Every status update you read on Facebook, every tweet or text message you get from a friend, is competing for resources in your brain with important things like whether to put your savings in stocks or bonds, where you left your passport or how best to reconcile with a close friend you just had an argument with.And this from the Wall Street Journal:
If you want to be more productive and creative, and to have more energy, the science dictates that you should partition your day into project periods. Your social networking should be done during a designated time, not as constant interruptions to your day.
Email, too, should be done at designated times. An email that you know is sitting there, unread, may sap attentional resources as your brain keeps thinking about it, distracting you from what you’re doing. What might be in it? Who’s it from? Is it good news or bad news? It’s better to leave your email program off than to hear that constant ping and know that you’re ignoring messages.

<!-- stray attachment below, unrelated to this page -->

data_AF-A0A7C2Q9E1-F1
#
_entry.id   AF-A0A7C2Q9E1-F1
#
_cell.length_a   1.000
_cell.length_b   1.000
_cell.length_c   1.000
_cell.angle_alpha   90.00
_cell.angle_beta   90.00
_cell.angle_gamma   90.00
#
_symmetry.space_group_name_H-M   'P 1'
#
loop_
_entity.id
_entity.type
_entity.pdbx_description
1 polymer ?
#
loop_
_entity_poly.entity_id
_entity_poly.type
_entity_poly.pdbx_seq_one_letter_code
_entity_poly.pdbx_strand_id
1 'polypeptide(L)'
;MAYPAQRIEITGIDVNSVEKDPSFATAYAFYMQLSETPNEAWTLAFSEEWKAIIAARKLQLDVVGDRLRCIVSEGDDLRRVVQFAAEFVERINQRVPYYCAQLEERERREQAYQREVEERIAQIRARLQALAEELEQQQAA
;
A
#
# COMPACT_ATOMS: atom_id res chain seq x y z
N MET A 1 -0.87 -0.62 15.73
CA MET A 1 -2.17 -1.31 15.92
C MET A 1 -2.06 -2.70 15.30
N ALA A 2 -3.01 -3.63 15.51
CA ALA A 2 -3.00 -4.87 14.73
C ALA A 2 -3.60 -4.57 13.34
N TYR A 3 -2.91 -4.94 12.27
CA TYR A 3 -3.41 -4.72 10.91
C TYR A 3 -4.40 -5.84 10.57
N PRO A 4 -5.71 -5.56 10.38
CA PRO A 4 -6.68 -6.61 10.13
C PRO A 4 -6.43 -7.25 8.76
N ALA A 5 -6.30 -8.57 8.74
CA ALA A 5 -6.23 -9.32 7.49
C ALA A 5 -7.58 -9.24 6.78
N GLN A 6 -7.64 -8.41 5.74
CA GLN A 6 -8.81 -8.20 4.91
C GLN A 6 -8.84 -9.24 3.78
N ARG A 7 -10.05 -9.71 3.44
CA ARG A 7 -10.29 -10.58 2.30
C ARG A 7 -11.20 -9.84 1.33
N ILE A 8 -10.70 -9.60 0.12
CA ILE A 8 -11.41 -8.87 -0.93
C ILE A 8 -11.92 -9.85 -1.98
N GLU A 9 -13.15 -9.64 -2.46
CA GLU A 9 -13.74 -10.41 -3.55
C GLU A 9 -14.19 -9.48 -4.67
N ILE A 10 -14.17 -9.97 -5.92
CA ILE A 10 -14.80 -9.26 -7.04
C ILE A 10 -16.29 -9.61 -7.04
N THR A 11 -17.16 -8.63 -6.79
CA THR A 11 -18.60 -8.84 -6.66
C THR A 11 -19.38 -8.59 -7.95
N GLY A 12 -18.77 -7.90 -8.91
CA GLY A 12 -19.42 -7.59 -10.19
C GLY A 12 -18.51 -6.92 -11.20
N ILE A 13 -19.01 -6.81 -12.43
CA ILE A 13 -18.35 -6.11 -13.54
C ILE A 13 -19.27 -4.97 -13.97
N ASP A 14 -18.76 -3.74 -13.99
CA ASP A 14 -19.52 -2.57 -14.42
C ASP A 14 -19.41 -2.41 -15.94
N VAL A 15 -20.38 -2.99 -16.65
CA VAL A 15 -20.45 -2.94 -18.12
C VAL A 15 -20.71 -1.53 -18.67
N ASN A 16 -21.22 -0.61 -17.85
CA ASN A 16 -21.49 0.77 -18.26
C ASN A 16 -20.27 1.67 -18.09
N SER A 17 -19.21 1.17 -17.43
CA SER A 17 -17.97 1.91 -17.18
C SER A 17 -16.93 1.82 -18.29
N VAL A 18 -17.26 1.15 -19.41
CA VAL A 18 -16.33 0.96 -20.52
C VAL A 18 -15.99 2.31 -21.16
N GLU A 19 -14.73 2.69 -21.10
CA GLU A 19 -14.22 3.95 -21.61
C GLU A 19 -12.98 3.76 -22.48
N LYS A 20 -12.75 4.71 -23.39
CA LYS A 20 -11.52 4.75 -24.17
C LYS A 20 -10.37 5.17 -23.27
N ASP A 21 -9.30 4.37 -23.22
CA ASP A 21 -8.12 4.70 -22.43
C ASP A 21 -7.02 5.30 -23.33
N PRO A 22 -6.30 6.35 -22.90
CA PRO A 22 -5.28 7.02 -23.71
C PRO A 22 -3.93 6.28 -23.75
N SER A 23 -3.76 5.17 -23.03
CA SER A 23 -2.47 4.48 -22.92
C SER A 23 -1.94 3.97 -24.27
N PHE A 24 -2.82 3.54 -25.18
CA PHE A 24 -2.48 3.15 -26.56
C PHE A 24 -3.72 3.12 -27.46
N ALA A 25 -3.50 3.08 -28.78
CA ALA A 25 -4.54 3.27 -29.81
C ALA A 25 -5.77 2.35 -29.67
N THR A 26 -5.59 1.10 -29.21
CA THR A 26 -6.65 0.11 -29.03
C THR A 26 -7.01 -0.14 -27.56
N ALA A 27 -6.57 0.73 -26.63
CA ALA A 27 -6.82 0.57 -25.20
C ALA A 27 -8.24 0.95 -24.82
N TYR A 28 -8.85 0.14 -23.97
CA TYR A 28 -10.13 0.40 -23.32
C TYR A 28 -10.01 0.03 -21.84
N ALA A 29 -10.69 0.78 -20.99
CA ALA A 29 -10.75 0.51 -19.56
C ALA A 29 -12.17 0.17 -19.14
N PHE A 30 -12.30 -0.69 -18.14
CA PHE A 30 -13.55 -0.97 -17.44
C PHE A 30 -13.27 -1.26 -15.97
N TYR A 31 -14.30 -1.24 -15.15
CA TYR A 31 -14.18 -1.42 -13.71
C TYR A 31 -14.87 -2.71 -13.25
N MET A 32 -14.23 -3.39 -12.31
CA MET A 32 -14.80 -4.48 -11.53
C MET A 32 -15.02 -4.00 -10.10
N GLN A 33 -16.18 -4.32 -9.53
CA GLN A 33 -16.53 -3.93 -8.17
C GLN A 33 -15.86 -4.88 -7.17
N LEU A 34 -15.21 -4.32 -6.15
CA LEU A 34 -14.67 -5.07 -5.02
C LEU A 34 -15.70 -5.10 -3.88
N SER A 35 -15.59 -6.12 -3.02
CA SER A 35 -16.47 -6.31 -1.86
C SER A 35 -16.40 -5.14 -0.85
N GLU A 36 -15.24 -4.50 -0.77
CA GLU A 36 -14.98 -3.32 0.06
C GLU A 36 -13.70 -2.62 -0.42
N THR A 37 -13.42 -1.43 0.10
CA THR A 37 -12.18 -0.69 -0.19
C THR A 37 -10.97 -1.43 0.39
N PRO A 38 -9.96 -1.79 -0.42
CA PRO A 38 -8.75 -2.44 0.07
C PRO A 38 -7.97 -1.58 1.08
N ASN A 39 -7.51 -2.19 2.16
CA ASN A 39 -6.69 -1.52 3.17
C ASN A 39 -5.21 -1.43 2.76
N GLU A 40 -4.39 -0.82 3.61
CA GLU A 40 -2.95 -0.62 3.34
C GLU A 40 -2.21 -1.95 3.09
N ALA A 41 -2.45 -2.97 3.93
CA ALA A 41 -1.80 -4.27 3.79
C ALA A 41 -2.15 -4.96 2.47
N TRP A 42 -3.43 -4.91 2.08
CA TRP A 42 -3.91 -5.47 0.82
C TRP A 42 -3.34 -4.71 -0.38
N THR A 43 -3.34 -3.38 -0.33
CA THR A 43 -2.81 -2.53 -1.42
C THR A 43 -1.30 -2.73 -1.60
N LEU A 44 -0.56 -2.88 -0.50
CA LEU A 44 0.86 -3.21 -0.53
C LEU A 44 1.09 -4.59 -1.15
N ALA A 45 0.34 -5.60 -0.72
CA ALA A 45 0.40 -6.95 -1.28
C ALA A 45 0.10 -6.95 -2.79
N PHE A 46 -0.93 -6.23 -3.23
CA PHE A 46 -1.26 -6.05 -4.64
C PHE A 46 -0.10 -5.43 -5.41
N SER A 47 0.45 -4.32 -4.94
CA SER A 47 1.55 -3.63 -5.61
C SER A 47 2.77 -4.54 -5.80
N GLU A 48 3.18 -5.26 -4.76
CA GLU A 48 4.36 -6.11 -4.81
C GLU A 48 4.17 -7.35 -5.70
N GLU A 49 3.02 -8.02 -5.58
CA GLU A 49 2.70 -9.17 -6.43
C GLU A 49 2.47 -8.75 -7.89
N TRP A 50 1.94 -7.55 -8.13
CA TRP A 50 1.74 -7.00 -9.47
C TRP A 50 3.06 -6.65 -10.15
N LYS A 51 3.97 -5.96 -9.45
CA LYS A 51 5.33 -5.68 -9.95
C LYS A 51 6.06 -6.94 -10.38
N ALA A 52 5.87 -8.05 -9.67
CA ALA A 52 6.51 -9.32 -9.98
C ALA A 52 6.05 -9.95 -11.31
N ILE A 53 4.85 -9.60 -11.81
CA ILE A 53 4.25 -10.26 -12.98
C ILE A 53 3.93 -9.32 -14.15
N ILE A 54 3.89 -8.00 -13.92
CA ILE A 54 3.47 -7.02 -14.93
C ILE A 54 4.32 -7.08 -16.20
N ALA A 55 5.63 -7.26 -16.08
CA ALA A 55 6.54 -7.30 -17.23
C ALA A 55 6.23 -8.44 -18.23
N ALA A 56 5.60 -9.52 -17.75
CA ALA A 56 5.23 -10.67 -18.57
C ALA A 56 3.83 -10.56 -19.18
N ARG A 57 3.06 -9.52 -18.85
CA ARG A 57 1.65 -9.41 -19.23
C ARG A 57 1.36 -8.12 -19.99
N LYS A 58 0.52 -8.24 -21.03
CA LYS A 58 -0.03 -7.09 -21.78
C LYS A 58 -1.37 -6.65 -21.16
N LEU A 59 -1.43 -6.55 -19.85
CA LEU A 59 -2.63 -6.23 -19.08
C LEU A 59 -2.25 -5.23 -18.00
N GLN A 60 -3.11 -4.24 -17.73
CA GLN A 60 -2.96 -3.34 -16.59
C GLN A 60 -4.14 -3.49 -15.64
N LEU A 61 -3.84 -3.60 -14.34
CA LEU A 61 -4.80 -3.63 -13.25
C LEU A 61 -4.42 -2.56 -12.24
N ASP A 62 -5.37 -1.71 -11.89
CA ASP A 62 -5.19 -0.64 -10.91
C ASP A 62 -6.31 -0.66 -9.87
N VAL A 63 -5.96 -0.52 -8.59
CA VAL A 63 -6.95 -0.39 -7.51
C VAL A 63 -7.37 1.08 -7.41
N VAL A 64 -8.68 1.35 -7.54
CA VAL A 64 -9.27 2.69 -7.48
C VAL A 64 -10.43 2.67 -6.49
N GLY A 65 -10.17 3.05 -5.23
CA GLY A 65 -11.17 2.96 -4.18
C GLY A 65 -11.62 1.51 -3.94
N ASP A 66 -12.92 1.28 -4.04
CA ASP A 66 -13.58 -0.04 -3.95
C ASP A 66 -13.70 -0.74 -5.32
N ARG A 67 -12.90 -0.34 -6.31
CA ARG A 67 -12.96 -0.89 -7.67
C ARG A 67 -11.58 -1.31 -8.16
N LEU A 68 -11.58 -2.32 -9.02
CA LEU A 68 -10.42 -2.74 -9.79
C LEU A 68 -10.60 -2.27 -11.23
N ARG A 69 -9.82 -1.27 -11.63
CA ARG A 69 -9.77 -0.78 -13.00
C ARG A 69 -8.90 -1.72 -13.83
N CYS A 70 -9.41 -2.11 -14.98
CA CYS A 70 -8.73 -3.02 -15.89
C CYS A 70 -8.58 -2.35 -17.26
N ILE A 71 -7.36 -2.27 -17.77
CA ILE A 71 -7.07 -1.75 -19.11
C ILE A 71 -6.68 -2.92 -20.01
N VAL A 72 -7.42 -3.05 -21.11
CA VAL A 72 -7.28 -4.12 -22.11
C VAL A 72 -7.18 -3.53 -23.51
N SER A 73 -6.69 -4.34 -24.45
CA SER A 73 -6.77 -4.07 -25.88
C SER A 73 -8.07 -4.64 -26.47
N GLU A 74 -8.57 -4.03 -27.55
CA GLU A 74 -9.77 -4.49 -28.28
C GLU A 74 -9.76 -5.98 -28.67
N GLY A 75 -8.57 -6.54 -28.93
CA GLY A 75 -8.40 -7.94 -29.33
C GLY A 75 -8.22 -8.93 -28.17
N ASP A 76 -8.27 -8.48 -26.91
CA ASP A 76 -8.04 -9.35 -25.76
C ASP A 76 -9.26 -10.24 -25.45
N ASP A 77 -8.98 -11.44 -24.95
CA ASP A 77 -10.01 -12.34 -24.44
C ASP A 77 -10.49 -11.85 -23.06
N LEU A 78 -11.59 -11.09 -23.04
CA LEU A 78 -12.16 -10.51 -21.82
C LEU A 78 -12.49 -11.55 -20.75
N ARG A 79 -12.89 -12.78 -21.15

“People can’t multitask very well, and when people say they can, they’re deluding themselves,” said MIT neuroscientist Earl Miller. “The brain is very good at deluding itself.” Simply put, we can’t focus on more than one thing at a time. What we do is shift focus, trying to manage multiple threads. “Switching from task to task, you think you’re actually paying attention to everything around you at the same time. But you’re actually not” said Miller. Researchers like Miller say they can actually see the brain struggling. “You cannot focus on one while doing the other. That’s because of what’s called interference between the two tasks” explains Miller. “They both involve communicating via speech or the written word, and so there’s a lot of conflict between the two of them.
The challenge is to define the problem – and the solution. “The current system lets other people add things to my to-do list” says Esther [Dyson].